Sunday, April 17, 2011

Like a Train

Last time I saw him alive he was wired, he was flying. Last time I saw him alive we were sitting across from each other back at The Cattleman's. He had just come through a real rough time with some girl I'd never met. The kind of rough time that guts you from the inside out, rips all your directions right off the map. At least that's how he described it. He was reeling.

He sat in the red naugahyde booth, pouring salt out all over his bacon and eggs, stirring sugar into his tea. Staring out wounded and amazed. This girl had hit directly home. She hit home in a way he hadn't wanted and couldn't have expected. He never saw it coming, and swore he would have run ten miles in the opposite direction if he had. This girl ran over him like a train.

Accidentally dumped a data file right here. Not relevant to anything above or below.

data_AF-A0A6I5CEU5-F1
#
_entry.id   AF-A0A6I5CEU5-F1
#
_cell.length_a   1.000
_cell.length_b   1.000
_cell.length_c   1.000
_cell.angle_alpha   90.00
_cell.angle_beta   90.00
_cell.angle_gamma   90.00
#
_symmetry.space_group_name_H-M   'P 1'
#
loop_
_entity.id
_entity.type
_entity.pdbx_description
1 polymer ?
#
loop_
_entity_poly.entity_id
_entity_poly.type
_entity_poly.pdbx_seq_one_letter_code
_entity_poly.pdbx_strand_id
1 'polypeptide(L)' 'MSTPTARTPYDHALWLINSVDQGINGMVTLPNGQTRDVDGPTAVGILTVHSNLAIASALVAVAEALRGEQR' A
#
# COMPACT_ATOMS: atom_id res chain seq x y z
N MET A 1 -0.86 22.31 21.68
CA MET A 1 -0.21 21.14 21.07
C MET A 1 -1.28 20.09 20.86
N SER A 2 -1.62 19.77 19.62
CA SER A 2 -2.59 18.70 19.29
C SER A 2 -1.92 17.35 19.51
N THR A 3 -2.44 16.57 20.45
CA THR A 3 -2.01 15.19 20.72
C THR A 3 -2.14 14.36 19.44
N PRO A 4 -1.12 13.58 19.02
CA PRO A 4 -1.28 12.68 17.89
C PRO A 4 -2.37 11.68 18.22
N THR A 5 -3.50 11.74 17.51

He was looking worse for wear, no question. Long hair dirty and hanging loose, nails cracked and hands shaking, thin as a whippet. I saw the waitress sizing him up as she approached the table, the laminated menus held tight across her chest. He was sweating in the air-conditioned cool of the place, he was thumping the table with one knotty fist, and she didn't want any trouble. Last time I saw him alive.